Mildred Bayes April 22, 2012 at 09:01 PM
Oh yes, I am very cool, unlike some people here. But let's leave it at that. I have more than enough furniture in my comfortable house; in fact the main piece of furniture in the "playroom" is a king-sized bed. As a rule I do not make fun of others; however, I personally worked hard over the years to obtain creature comforts, including a very nice, very expensive automobile. I'll be damned if I'll allow some low-life to snatch it from me. If they try to bring my car to a "chop shop" they had better be very, very careful. I have On-Star with an automobile locater, so it will be only a matter of time when I find them and chop something of their's off. Then a few auto thieves will be walking bow-legged and singing soprano in the prison choir! With my Smith and Wesson I'm very, very cool; plus calm and collected.
Harlan Consider April 22, 2012 at 10:18 PM
The pro car thieves (i.e. the guys that steal to order for the chop shops) are very knowledgeable about built-in tracing technology in cars. Some can disable the transmitter immediately, while others can get the car to the chop shop within minutes and those guys can usually make the car untraceable within seconds. The high-end cars are typically stolen for export. We're talking very sophisticated thieves here. No amount of tracing technology will prevent that nice new Lexus or Benz from driving in the streets of Latin America or the Middle East within a couple of weeks.
Joe Kelley April 23, 2012 at 12:20 AM
I'm a victim of car theft. My 1995 Acura Integra was stolen from the Ridgewood park and ride in September 2008. 8 days later I got a call from the investigating detective that my car had been found on a street in Irvington and was at the impound lot. My insurance company required me to go to Irvington to release the car to them so they could determine damages. When I got there I discovered that the engine and transmission had been removed along with the wheels and steering wheel and most of the dashboard - in other words "chopped". It was a 13 yr old car with just over 50k miles on it so I guess the thiefs thought it valuable. I learned - too late - afterwards that my car - long with Camrys and Accords - was in the top ten stolen car category. I cannot express to you in words how violated I felt losing the car I had lovingly taken care of for those 13 years only to have it taken from me and then treated so poorly at the hands of these crooks. I worked hard first to buy the car and then to take such good care of it and I hope these bastards they caught are the ones who took it. Then I might feel a little satisfaction that justice has been served.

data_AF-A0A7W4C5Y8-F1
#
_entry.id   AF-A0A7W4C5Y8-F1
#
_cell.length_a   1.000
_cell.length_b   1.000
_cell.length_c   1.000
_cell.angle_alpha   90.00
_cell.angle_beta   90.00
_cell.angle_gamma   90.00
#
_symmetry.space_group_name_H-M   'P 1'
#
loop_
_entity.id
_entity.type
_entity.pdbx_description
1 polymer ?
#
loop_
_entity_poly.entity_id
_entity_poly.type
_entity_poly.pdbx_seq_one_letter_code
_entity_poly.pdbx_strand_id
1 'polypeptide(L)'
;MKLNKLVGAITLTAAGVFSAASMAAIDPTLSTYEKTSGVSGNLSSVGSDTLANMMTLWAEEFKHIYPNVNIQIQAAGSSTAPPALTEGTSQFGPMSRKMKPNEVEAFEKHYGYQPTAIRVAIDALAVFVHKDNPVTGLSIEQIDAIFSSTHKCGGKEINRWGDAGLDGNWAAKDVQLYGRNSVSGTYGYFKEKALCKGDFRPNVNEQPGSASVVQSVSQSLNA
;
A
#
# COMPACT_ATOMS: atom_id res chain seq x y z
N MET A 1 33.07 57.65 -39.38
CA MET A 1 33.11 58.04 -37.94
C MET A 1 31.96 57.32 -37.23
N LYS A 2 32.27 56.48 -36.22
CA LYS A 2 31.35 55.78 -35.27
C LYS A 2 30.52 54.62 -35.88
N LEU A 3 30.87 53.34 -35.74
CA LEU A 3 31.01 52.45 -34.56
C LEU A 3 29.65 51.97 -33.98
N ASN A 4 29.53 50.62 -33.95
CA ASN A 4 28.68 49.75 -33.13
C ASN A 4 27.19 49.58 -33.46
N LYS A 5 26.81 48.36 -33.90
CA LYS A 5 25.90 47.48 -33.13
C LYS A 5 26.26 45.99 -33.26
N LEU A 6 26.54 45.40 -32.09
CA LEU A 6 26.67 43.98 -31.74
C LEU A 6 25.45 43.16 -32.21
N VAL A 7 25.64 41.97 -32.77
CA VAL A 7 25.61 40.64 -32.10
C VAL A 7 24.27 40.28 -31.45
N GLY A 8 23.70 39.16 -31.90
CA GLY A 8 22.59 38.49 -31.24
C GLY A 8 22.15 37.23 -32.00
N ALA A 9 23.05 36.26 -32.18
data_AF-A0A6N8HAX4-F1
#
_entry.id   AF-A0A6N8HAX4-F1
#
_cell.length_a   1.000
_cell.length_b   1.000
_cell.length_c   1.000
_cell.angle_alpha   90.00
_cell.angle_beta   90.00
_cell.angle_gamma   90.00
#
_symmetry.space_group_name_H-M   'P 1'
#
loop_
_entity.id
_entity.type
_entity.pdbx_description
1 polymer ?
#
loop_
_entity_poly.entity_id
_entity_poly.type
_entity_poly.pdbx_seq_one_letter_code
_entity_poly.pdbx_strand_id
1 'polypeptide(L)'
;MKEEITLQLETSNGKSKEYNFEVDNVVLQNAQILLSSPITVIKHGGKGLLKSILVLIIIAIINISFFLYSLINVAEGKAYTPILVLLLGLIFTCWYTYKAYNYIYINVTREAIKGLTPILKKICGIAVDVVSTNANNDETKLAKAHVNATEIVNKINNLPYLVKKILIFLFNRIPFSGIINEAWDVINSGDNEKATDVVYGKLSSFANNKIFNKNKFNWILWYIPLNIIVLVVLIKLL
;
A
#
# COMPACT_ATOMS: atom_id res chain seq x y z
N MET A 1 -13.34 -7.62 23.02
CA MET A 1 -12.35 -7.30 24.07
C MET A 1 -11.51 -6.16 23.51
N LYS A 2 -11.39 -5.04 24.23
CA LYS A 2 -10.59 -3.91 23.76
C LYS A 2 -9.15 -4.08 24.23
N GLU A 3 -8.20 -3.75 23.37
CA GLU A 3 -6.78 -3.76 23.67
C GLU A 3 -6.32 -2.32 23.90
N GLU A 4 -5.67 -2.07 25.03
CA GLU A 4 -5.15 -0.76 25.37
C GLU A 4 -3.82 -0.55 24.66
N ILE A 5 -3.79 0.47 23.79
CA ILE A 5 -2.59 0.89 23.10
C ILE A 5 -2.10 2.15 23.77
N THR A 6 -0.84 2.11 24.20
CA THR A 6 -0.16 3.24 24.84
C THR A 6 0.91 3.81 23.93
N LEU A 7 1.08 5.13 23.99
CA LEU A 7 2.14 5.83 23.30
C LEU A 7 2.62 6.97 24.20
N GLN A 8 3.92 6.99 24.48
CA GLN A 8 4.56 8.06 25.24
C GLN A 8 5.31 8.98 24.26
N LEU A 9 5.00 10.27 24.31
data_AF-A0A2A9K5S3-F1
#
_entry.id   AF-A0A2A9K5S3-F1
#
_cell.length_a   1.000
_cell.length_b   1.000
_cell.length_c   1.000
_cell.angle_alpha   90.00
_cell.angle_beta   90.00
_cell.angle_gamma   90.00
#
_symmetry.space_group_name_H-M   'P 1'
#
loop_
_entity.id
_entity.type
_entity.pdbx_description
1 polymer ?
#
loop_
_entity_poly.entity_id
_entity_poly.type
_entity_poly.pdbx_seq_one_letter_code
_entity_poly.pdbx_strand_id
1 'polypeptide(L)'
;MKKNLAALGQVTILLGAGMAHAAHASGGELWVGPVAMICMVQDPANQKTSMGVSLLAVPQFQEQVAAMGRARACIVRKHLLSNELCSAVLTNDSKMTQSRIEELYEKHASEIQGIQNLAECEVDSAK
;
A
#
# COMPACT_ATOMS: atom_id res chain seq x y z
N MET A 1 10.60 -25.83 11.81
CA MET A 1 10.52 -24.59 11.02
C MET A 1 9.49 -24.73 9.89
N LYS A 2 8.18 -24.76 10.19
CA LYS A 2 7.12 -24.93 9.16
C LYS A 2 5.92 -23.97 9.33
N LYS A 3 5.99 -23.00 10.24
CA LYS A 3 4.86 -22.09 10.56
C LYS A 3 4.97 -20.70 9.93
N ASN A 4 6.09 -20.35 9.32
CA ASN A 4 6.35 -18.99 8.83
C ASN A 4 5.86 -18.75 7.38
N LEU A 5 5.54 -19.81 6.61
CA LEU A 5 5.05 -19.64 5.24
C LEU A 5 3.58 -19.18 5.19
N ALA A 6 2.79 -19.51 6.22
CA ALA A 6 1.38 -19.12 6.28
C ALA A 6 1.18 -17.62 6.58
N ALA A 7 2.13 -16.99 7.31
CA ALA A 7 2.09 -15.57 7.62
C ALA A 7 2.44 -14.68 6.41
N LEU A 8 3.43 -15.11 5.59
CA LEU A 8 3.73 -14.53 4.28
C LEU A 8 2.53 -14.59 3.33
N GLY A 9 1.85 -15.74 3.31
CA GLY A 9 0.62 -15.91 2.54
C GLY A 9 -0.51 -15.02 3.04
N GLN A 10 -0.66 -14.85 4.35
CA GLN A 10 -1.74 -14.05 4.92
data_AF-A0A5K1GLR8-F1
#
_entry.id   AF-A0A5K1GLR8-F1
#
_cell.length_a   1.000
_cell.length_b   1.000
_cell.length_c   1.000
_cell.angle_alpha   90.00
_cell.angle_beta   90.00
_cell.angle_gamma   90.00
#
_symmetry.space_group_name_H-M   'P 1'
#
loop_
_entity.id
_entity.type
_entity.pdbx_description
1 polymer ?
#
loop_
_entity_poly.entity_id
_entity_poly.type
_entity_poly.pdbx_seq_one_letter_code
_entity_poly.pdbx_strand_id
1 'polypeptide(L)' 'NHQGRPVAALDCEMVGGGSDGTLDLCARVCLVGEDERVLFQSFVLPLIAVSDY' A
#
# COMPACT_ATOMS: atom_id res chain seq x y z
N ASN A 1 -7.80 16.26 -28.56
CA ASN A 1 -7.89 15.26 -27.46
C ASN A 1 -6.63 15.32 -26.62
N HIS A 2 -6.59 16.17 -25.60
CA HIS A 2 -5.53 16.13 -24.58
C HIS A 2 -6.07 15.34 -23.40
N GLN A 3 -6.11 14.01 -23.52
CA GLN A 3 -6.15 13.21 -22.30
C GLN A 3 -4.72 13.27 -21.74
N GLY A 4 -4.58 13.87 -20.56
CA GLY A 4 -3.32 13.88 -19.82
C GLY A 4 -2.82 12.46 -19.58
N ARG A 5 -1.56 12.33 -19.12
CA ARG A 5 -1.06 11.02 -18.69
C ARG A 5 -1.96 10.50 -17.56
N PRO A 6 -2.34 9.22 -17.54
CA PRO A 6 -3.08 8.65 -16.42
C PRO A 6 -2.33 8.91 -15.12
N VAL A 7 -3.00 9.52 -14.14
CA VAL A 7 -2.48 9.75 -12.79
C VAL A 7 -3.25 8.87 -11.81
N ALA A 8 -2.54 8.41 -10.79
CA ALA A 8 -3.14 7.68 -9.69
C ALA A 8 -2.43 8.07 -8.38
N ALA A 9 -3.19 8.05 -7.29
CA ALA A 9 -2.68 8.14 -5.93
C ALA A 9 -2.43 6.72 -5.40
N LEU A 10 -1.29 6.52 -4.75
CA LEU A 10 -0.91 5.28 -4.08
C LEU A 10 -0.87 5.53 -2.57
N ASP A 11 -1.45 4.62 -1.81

William Mays April 23, 2012 at 02:45 AM
Yes because everyone who has a nice car is fake. What you don't understand is that some people work hard for their money, and I'm sure Cathy is no different.
William Mays April 23, 2012 at 02:47 AM
Harlan, Onstar is pretty hard to disable, because the people at the operations center will notice that the transmitter is off. I don't have Onstar, I have BMW Assist, and even if that is disabled, I recently installed a second GPS tracker in the car, and it's pretty much hidden.
Fan of Ridgewood April 24, 2012 at 10:03 PM
When i lived in the Bronx i had 3 cars stolen from me. They were POS old cars. But they were mine and all i could afford at the time. It was a heartache each time when i realized they were stolen. I doubt these POSs will see any jail time.
Mildred Bayes April 25, 2012 at 02:45 AM
Ugh! The Bronx. Are you serious? So now according to you Bill, I'm not exempt even if I go shopping in a P.O.S. Chevy! I may have to pay (minimum wage, of course) "Ref" to do my shopping for me. I just don't feel safe anymore after reading about all the car thefts and crime in Patch.
Mildred Bayes April 25, 2012 at 02:46 AM
I can feel your pain Bill. I'm glad you got out of The Bronx in one piece.
ref April 28, 2012 at 05:15 PM
Hey Mama Obama(excuse me I mean "CB") changing names won't help,maybe you can hide behind a P.O.S. Chevy
William Mays April 28, 2012 at 07:49 PM
Shes probably afraid you'll try to rob her, since you seem to be so jealous.